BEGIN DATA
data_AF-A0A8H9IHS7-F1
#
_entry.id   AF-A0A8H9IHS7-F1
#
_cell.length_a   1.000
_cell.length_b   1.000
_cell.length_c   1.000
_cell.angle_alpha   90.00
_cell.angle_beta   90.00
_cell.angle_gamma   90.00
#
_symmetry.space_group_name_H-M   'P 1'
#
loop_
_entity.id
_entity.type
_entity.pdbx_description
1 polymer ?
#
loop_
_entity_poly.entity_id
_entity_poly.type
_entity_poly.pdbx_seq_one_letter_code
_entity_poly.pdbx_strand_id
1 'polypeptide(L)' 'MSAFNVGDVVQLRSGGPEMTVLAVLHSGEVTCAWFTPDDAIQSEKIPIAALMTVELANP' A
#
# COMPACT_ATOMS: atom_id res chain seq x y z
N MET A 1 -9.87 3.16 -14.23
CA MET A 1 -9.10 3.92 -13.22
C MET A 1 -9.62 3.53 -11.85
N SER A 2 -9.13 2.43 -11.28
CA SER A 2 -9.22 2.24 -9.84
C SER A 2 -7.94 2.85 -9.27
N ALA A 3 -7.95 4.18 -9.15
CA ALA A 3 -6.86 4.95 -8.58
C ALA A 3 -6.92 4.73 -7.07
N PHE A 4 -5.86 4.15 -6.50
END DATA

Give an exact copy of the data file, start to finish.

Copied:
data_AF-A0A8H9IHS7-F1
#
_entry.id   AF-A0A8H9IHS7-F1
#
_cell.length_a   1.000
_cell.length_b   1.000
_cell.length_c   1.000
_cell.angle_alpha   90.00
_cell.angle_beta   90.00
_cell.angle_gamma   90.00
#
_symmetry.space_group_name_H-M   'P 1'
#
loop_
_entity.id
_entity.type
_entity.pdbx_description
1 polymer ?
#
loop_
_entity_poly.entity_id
_entity_poly.type
_entity_poly.pdbx_seq_one_letter_code
_entity_poly.pdbx_strand_id
1 'polypeptide(L)' 'MSAFNVGDVVQLRSGGPEMTVLAVLHSGEVTCAWFTPDDAIQSEKIPIAALMTVELANP' A
#
# COMPACT_ATOMS: atom_id res chain seq x y z
N MET A 1 -9.87 3.16 -14.23
CA MET A 1 -9.10 3.92 -13.22
C MET A 1 -9.62 3.53 -11.85
N SER A 2 -9.13 2.43 -11.28
CA SER A 2 -9.22 2.24 -9.84
C SER A 2 -7.94 2.85 -9.27
N ALA A 3 -7.95 4.18 -9.15
CA ALA A 3 -6.86 4.95 -8.58
C ALA A 3 -6.92 4.73 -7.07
N PHE A 4 -5.86 4.15 -6.50